National Grid has warned that Ofgem’s proposals to cut network spending could raise the risk of blackouts and delay progress towards net zero.

    In its response to Ofgem’s RIIO-2 price control draft determination, the company argues the overall package is “unacceptable” and not in the interests of consumers.

    Other network operators including Scottish and Southern Energy Networks (SSEN) and ScottishPower Energy Networks (SPEN) have also strongly criticised the proposals.

    In its formal response to the consultation on Ofgem’s plans, which would see the rate of return on network investments almost halve from April 2021, National Grid said they would jeopardise its ability to “maintain resilient and reliable networks and endanger the critical investment required to put the UK on the path to meet net zero targets”.

    It also said surveys of consumers, performed by an independent body, showed their preference is for investment in reliability and net zero above short-term bill reductions. Other network companies have also strongly criticised the proposals.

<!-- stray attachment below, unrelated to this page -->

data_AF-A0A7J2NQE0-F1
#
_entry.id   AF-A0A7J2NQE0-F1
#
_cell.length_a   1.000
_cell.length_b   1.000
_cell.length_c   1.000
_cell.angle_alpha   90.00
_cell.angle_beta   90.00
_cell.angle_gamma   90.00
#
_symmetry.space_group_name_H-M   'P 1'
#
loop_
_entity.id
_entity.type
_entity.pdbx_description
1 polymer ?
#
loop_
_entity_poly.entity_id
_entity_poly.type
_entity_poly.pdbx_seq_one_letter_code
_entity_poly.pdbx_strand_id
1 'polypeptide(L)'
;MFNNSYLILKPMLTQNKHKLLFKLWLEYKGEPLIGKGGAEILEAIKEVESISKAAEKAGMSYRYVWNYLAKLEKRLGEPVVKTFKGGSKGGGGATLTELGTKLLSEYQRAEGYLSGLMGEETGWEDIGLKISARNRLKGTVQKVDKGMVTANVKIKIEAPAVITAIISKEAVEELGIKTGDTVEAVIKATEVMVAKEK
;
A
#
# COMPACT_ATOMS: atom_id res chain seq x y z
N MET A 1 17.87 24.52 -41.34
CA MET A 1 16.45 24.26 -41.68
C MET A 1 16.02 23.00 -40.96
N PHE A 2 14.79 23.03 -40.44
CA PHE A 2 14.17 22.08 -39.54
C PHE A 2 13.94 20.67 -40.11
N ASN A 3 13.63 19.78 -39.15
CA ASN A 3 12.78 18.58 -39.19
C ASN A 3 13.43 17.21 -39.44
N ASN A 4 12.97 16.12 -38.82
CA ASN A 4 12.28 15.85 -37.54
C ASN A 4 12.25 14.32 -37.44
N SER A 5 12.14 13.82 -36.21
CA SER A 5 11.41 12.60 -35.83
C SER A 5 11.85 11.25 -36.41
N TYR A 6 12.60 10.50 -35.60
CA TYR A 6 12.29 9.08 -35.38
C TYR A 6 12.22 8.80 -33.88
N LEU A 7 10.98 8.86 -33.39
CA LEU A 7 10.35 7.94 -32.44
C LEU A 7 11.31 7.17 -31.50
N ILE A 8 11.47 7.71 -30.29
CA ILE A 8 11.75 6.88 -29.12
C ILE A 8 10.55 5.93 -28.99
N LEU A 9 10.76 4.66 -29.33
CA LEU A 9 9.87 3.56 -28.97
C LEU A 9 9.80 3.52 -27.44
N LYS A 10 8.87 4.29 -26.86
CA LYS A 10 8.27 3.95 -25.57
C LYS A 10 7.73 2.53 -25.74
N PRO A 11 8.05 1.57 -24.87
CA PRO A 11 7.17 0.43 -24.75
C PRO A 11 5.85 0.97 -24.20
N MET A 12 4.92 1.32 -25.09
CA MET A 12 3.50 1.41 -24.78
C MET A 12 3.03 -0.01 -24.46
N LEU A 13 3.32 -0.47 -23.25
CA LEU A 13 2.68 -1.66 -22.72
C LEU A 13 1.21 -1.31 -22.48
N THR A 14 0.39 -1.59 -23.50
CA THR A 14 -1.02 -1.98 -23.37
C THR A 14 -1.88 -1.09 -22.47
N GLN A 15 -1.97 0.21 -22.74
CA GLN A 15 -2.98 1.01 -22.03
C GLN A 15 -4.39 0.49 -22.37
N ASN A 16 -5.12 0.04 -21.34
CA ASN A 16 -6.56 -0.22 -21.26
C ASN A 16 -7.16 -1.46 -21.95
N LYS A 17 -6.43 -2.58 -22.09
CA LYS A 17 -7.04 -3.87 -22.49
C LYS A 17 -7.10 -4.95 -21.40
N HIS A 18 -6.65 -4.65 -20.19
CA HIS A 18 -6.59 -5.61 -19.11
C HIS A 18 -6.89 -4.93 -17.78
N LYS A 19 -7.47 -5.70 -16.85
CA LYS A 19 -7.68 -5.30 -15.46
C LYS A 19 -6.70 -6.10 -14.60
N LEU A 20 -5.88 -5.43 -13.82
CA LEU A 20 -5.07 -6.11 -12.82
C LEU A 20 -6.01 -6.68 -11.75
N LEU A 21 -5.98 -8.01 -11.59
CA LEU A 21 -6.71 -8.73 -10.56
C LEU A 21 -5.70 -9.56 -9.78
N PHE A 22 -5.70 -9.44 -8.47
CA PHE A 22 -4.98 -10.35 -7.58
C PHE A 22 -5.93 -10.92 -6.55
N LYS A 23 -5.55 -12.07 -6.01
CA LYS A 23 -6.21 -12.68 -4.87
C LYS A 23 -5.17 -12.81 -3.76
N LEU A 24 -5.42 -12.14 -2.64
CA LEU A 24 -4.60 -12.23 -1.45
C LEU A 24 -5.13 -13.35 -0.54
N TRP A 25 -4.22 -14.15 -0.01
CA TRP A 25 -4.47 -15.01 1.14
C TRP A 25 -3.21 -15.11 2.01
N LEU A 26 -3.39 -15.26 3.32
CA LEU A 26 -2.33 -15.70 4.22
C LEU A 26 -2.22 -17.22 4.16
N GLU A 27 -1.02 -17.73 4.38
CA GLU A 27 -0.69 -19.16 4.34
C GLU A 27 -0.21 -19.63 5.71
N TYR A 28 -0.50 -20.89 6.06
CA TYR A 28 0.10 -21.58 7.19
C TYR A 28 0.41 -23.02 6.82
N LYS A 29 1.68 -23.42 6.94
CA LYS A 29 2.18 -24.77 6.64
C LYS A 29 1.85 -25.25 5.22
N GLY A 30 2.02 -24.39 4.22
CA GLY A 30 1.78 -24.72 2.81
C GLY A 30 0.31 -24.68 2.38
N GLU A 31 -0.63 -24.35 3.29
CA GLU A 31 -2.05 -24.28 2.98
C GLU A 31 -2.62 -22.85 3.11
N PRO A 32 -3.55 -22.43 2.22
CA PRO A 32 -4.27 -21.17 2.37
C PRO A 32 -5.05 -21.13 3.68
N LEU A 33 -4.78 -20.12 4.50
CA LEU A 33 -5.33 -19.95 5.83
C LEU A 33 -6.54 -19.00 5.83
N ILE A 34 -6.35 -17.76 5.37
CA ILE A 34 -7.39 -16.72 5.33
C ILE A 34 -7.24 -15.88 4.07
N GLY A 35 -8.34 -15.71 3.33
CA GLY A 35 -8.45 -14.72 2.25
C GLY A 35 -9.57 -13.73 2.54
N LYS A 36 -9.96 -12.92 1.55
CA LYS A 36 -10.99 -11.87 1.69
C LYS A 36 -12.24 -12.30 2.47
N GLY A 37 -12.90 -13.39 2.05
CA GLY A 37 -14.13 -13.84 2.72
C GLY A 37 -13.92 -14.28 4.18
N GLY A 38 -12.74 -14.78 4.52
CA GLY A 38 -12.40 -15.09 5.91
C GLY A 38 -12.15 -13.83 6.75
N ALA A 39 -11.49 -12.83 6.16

However, the regulator maintained that the reforms will not threaten the UK’s net zero ambitions and said that the new rates of return would bring the energy sector in line with similar sectors such as water.

    “Investment in energy infrastructure comes from consumers’ bills, so we expect companies to run themselves efficiently and accept lower returns in line with current market conditions,” said Ofgem.

    A final decision on the spending controls will be made by Ofgem in December.

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  • Solar now world’s fourth largest energy source

    Solar PV dominated new power generation capacity last year with a record 118GW installed across the world, according to figures from BloombergNEF.